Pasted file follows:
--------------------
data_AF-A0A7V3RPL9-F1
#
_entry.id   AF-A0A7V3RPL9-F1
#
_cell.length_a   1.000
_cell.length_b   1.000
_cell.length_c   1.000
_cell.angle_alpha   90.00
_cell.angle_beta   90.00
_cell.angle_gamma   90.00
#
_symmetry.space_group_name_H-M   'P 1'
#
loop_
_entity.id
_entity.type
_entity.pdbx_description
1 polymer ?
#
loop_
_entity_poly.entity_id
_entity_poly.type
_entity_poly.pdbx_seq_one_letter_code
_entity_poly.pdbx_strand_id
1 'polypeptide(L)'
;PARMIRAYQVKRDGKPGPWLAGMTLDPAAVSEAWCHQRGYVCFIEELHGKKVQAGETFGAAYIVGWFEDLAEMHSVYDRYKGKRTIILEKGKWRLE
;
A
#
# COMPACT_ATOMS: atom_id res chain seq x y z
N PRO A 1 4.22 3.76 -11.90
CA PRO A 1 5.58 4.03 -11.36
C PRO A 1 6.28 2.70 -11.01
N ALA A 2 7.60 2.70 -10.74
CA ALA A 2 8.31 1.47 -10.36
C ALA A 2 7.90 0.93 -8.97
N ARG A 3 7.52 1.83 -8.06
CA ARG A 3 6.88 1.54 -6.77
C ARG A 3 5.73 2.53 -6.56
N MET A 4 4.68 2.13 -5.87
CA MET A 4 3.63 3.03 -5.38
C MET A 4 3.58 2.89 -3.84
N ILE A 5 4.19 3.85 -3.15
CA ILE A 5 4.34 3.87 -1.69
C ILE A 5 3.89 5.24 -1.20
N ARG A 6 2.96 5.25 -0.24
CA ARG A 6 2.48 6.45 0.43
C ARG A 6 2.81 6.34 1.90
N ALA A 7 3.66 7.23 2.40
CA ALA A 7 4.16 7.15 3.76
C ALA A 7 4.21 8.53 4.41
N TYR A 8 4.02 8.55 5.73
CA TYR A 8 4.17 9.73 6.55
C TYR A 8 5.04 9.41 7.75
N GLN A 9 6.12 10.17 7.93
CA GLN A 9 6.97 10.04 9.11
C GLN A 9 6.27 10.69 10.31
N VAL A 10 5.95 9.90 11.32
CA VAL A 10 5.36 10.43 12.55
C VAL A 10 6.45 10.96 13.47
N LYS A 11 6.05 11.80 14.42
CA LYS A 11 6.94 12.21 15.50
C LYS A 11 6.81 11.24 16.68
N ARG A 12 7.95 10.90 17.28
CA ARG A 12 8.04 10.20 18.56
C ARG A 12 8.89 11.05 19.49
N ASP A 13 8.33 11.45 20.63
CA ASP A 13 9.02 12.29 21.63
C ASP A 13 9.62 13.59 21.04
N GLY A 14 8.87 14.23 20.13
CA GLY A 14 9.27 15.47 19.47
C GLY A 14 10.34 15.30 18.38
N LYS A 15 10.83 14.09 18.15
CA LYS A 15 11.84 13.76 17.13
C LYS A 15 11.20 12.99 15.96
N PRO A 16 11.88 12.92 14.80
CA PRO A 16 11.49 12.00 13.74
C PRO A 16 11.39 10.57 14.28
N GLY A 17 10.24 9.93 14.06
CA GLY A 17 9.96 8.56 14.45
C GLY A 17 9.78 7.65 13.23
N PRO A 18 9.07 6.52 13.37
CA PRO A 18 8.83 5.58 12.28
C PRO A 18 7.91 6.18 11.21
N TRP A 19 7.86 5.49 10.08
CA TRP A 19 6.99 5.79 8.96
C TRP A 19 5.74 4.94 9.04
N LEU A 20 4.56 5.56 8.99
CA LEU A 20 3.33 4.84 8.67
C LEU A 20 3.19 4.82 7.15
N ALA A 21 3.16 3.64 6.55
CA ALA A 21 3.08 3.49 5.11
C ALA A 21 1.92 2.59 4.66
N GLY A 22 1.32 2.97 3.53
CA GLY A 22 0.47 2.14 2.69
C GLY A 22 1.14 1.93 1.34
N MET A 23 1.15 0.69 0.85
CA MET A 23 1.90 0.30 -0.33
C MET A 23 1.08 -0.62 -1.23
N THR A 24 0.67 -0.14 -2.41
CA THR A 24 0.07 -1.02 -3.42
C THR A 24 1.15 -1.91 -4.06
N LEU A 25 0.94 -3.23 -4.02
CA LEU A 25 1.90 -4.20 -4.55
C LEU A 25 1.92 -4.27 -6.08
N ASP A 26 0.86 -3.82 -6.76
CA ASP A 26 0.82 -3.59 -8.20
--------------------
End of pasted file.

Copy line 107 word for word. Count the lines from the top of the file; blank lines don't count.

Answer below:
CA ASP A 26 0.82 -3.59 -8.20